Pam Crump    Shih Tzu


Colors of a Shih Tzu




Shih Tzu come in a wide variety of colors and can be multi-colored or solid. 

AKC recognizes all colors for the breed: 


Based on a sample of more than 3,000 Shih Tzu in our data base, we include the percentages of that sample:

          - for all Shih Tzu registered with AKC

          - for all Shih Tzu AKC Champions

          - for our own past puppies

Separate statistics are shown for (1) the solid color and (2) the color combined with white.

[Statistics updated 10/19/2012]





















6.4 %


2.5 %







17.7 %


8.5 %









(Moe Suga)








0.9 %


0.0 %













[w/ Black Mask]






4.2 %


0.3 %







37.9 %


69.0 %









[w/ Black Mask]






1.3 %


0.0 %






5.8 %


8.8 %









and White

 (Ping Pong)











0.0 %







2.7 %


2.2 %








(or "Grizzle")



[w/ Black Mask]





2.5 %


0.0 %






7.0 %


1.9 %







AKC also recognizes the markings of “Black Markings” or a “Black Mask”.


All colors other than black and white can come in a wide range of shades. 

Shades of other colors are often referred to as Cream, Blonde, Champaign, Brown, Apricot, Orange. 



Generally, white

combined with

any other color(s)

(other than black)

is described by the

term “parti-colored” or “tri-colored”.








Rare Colors and Markings


The Liver (and Chocolate) and Blue colors are relatively rare colors since they come from recessive color genes.  The “Dobie” marking also comes from a recessive gene, which is very rare.  To get a rare color or marking in a Shih Tzu, both parents must carry the recessive gene.  See Breeding for Rare Colors.


AKC standards specify that black is the color of the eyes, nose and lips of the Shih Tzu, except blue is the color for blue pigmented dogs, and liver (or brown) is the color for liver pigmented dogs.  We have noticed that this applies as well to the pads of the feet.  We have also noticed that blue pigmented dogs may have a blue tint to the skin.  In classifying the colors of “Liver” or “Blue”, the color of the points (eyes, nose, lips, paw pads) is the all-important factor rather than the coat color.  The coat can be a wide spectrum of colors in the “Liver” and in the “Blue” Shih Tzu.  For a Shih Tzu with black points, the coat color is what determines the classification.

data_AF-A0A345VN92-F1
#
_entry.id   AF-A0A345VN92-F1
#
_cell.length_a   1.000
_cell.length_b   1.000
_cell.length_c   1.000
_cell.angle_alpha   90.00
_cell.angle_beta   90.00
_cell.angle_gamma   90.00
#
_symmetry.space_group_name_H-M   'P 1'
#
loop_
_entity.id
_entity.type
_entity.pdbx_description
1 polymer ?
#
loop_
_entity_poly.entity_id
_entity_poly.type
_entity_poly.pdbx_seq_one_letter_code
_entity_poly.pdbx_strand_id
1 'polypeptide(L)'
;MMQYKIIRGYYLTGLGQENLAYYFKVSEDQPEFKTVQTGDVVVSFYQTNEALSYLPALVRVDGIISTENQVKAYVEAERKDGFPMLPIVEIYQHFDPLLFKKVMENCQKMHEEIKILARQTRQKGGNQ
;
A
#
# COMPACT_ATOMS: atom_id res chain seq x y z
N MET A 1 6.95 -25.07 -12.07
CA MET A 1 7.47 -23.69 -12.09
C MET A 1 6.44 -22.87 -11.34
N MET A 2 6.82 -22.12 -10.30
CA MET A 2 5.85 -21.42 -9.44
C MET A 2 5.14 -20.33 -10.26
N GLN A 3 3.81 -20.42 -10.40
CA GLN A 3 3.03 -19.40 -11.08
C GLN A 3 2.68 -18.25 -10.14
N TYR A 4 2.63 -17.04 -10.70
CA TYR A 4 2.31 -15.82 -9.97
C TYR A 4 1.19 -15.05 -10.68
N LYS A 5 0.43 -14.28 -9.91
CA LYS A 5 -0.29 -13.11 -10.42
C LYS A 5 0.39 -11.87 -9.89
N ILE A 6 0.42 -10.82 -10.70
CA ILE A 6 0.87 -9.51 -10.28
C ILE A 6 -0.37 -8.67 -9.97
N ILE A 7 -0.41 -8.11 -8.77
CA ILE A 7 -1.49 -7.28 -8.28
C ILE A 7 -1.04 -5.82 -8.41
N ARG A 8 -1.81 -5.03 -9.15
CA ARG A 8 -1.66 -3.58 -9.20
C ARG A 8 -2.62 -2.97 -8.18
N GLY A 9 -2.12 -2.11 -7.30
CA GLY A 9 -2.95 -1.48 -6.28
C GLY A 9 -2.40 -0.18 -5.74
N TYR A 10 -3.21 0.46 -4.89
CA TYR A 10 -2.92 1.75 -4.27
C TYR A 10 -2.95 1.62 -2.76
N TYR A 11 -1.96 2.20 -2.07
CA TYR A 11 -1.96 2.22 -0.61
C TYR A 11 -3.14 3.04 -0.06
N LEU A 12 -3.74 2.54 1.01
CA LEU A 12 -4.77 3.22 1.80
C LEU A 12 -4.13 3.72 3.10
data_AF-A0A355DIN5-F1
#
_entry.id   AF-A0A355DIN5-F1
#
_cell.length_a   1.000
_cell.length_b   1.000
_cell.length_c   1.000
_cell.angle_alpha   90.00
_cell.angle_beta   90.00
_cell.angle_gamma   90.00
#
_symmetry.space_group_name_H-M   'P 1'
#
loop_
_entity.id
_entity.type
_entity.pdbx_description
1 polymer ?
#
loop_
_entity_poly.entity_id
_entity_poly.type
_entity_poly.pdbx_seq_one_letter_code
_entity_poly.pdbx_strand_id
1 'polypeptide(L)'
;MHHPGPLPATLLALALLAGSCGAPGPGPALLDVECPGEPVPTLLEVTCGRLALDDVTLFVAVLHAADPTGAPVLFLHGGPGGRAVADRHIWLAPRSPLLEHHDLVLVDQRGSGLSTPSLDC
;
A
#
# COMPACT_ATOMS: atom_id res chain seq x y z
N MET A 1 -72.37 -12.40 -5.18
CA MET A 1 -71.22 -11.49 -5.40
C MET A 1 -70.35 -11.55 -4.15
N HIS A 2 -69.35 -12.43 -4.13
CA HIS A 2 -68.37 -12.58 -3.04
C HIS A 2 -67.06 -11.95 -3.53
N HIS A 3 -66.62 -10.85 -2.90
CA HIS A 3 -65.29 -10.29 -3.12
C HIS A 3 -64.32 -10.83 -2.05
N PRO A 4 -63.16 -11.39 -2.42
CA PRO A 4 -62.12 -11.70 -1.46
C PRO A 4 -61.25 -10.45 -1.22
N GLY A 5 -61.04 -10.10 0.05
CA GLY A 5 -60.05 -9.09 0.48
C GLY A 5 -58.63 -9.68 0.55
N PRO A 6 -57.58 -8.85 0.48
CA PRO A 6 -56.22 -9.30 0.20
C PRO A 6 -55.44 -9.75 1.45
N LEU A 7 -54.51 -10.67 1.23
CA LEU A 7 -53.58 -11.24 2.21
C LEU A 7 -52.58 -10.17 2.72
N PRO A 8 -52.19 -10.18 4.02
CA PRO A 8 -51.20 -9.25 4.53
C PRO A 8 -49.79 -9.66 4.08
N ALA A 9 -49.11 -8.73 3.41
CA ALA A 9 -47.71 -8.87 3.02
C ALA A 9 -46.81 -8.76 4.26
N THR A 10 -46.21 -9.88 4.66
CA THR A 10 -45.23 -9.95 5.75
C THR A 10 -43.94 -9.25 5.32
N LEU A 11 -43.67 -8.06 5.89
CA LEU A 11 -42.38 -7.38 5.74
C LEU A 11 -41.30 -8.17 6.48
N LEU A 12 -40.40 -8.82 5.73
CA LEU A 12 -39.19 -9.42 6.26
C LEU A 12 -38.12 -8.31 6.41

All of the dogs on the left below are classified by AKC as "Liver".  All of the dogs on the right below are classified by AKC as "Blue".






and White


(rare color)









2.3 %


0.0 %







3.4 %


0.3 %







(son of our Billy & Misty at 10 weeks)

(rare color)





1.2 %


0.0 %







0.4 %


0.0 %





Breeders have come up with their own terms (not recognized by AKC) to distinguish the various coat colors that come with the Liver or Blue points.


White Liver






with Blue Points

(Moe Suga)



Cream Liver






Blue Cream

(Tiki TuTu)



Red Liver




Rose Blue

(Billy Blue)

















Tan Markings

("Dobie" markings)

(Dobie Gillis)

[Extremely rare and highly prized markings]







0.3 %


0.0 %


1.5 %





The tan “Dobie” markings will appear in a very specific pattern in very specific locations on the body – a spot over each eye, on the jowls, on the lower legs, and under the tail.  The marking under the tail is easily discerned at birth, whereas the other markings may not become noticeable until the puppy is about 2 weeks old.  AKC will register the color and markings of a Shih Tzu with the “Dobie” markings as “Black with Tan Markings”  Some “Dobie” marked Shih Tzu have been registered by breeders as “Black & Tan” rather than the “Black with Tan Markings”.  Some breeders have produced “Dobie” marked Shih Tzu in “Blue with Tan Markings” or “Liver with Tan Markings”.  The "Dobie" marking comes from a recessive gene known as the "agouti" gene.

 [Note: Tan markings were added to AKC approved markings for the breed in 2010 through our efforts to demonstrate to AKC the nature of those markings.]